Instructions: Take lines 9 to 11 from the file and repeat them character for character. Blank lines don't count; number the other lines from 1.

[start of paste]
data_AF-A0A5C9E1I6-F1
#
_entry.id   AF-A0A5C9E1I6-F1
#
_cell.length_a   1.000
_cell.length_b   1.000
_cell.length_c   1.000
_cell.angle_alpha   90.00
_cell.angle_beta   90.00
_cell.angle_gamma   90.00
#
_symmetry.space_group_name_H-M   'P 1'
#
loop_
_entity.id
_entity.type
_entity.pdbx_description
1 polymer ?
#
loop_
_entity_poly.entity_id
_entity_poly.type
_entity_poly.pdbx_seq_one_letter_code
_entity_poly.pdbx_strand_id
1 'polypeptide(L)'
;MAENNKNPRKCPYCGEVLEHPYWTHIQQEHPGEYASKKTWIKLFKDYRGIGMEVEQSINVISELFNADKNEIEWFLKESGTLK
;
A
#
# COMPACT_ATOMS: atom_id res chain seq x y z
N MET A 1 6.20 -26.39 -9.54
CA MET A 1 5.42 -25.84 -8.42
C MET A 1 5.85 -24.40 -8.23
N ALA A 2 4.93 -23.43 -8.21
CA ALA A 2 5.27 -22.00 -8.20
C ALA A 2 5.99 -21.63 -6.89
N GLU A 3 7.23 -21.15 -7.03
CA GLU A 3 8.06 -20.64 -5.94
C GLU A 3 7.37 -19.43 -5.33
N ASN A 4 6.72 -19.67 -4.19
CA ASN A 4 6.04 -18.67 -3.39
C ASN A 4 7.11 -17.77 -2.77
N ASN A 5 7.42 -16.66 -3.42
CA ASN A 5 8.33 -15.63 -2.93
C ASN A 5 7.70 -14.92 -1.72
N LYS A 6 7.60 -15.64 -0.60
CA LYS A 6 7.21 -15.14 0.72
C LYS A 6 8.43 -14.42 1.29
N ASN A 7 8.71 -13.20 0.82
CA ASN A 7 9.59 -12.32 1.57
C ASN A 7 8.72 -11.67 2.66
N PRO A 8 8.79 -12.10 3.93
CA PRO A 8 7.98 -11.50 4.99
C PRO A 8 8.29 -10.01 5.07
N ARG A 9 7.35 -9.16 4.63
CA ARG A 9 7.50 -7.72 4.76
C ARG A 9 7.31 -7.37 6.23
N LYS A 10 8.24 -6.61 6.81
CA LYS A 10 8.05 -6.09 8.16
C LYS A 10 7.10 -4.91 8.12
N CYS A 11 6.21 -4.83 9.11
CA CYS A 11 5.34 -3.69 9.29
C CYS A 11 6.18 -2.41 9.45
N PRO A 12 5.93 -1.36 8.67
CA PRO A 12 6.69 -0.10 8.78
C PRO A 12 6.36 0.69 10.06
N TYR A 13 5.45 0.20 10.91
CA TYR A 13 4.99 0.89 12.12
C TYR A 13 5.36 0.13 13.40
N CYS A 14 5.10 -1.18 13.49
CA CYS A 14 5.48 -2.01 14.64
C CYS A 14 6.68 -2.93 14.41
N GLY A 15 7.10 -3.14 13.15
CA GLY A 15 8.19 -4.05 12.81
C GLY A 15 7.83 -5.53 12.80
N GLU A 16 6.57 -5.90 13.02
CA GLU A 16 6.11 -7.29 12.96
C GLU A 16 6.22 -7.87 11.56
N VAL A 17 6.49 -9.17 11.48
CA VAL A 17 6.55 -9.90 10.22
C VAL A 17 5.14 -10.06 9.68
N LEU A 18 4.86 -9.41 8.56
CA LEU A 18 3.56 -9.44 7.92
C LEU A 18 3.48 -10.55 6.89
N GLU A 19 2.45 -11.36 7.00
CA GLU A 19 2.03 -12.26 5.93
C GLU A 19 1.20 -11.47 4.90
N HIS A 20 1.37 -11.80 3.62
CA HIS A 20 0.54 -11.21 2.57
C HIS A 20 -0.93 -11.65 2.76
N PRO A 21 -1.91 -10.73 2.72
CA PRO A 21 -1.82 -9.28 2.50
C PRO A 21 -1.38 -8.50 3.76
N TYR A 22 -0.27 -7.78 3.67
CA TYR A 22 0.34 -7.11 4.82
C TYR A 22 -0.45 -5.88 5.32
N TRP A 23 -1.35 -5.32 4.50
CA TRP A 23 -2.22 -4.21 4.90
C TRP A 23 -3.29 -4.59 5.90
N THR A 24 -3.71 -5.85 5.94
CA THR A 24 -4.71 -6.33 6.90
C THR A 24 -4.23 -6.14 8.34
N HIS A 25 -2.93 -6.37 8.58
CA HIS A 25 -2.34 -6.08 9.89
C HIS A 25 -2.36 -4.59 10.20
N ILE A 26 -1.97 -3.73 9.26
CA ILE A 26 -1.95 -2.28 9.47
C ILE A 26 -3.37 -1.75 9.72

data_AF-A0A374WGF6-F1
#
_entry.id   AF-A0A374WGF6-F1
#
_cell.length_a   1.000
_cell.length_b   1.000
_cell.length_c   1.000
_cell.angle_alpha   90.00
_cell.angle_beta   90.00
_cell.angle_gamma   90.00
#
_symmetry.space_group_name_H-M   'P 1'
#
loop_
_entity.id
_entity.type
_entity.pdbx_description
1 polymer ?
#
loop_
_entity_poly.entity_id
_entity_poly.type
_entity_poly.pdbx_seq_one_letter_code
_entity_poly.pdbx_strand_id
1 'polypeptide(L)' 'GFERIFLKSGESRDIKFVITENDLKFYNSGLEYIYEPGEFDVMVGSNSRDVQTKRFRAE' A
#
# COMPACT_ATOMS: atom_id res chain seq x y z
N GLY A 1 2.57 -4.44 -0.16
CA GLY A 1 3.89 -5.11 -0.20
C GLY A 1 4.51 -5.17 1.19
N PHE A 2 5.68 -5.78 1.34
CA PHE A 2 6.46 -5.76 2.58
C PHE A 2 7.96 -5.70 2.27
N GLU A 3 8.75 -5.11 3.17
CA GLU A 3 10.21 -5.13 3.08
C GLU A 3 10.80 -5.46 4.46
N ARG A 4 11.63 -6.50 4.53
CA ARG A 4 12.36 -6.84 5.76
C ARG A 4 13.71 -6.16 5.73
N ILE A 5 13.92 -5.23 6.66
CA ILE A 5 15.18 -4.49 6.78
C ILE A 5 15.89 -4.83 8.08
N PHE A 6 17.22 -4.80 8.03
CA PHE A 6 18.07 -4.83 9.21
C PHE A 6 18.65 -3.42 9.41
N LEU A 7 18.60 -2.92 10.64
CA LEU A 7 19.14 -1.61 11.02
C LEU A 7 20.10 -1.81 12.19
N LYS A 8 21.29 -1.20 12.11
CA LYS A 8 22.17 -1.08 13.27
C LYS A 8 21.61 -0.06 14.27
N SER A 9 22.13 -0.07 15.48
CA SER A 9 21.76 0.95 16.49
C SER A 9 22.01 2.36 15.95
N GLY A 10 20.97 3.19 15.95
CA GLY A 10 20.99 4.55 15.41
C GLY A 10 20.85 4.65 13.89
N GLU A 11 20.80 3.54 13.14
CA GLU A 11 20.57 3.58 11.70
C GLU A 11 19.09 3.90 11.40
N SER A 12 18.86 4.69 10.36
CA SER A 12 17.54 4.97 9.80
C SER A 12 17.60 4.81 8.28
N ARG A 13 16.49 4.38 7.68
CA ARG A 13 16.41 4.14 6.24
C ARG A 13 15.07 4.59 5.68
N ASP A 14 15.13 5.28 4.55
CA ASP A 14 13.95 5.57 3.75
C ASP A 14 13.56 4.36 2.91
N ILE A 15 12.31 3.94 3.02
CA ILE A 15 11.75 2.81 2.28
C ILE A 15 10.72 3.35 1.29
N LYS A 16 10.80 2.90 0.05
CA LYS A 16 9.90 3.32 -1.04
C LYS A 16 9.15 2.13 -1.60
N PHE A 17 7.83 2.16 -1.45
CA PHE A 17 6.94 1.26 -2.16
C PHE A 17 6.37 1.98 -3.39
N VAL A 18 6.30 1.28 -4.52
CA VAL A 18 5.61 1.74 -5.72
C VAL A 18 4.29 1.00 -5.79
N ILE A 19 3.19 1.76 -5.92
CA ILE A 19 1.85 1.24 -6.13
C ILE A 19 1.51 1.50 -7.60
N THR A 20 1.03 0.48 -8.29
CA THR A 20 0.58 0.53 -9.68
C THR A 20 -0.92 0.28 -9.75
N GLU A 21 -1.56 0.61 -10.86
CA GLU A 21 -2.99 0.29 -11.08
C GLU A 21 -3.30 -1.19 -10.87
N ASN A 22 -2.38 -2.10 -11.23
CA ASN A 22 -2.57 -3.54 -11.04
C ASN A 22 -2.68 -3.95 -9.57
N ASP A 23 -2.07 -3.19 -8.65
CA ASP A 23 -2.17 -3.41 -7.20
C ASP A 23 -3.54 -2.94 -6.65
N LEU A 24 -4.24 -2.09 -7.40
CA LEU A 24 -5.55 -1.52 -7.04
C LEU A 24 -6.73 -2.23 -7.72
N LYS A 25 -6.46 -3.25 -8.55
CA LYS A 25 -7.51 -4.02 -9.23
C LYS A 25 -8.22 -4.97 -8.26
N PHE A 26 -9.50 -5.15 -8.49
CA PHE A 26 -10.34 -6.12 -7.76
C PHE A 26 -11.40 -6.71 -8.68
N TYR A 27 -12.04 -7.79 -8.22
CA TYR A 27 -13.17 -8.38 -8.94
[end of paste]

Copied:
_cell.angle_beta   90.00
_cell.angle_gamma   90.00
#